K.S. Hegde, J.
1. Two questions of law which arise for decision in these appeals are:
(1) Whether on the facts and in the circumstances of the case of Tribunal was right in holding that the distribution to the assessee of the amount attributable to land acquisition compensation received by the Ukhara Estate Zamindaries Ltd. after 31st March, 1948 was in the hands of the assessee, receipt of dividend within the meaning of Section 2(A) of the Indian Income-tax Act, 1922 ?
(2) Whether on the facts and in the circumstances of the case the Tribunal was right in holding that the receipt by the assessee of the amount attributable to selamis realised by the Ukhara Estate Zamindaries Ltd., for grant of long-term leases after 31st March, 1948 was a receipt of income of the assessee and taxable as the income of the assessee from other sources ?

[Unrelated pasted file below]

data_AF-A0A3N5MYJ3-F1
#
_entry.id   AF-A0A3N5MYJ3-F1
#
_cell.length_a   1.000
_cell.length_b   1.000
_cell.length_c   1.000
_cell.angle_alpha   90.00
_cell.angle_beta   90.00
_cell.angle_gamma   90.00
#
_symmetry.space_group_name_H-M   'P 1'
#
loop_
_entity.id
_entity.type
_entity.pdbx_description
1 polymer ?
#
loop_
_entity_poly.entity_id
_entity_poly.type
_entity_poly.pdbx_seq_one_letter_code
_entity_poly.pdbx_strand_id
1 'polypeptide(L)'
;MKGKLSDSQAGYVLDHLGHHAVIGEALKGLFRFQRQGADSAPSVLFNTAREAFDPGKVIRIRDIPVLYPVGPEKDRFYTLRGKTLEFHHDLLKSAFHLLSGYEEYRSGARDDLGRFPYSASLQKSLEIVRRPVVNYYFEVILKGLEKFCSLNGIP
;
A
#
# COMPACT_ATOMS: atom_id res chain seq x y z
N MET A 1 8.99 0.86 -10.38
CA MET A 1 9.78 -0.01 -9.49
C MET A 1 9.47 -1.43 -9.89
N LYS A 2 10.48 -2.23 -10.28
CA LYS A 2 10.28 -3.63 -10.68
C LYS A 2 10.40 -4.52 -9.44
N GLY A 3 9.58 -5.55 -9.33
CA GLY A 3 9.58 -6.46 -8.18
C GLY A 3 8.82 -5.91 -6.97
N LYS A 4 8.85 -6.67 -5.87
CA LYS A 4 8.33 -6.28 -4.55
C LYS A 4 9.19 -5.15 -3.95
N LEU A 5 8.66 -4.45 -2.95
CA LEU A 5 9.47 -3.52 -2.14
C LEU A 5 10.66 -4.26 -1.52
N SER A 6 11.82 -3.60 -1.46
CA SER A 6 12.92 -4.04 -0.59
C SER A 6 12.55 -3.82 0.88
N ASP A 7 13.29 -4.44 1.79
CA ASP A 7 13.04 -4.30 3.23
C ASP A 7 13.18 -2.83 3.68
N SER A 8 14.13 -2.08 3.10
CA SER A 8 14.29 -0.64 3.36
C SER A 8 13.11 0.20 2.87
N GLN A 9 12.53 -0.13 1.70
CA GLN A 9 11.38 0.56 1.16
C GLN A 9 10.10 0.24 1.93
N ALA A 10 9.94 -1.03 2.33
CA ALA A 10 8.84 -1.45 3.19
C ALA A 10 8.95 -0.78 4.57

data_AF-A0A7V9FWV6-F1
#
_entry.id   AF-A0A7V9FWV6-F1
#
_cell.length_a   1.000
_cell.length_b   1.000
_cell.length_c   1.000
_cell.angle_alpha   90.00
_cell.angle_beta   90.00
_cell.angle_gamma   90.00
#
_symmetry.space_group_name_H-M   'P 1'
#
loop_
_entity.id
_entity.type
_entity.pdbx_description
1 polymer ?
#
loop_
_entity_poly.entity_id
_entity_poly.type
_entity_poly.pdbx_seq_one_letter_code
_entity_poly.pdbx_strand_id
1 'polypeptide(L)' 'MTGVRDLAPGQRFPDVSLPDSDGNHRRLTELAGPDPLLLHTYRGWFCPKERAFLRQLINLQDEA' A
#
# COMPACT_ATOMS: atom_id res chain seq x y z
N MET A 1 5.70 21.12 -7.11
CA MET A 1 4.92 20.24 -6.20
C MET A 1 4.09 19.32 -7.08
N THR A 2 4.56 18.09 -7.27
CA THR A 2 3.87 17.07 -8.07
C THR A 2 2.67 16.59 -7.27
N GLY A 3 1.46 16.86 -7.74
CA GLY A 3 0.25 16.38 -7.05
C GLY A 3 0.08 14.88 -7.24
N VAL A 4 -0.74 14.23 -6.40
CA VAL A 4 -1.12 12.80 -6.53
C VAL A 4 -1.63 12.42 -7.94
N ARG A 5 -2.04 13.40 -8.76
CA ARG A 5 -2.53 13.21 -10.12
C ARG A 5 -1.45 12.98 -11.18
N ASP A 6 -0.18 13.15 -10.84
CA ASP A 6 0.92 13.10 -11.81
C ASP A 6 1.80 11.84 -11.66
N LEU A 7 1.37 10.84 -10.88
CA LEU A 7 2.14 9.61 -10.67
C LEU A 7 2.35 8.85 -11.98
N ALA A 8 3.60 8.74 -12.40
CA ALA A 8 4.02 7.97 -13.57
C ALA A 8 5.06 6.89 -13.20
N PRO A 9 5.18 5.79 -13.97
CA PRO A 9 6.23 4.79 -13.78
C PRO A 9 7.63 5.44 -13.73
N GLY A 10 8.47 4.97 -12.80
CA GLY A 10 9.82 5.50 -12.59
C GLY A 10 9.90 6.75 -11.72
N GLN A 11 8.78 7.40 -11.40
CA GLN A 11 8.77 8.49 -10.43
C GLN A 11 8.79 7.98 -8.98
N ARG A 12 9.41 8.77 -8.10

2. On both these questions the decision of the authorities under the Indian Income-tax Act, 1922 (in brief the Act) as well as that of the Tribunal was against the assessees. But disagreeing with the view taken by these authorities the High Court answered both these questions in favour of the assessees. The Commissioner of Income-tax, West Bengal aggrieved by this decisions has brought these appeals to this Court on the strength of the certificates given by the High Court.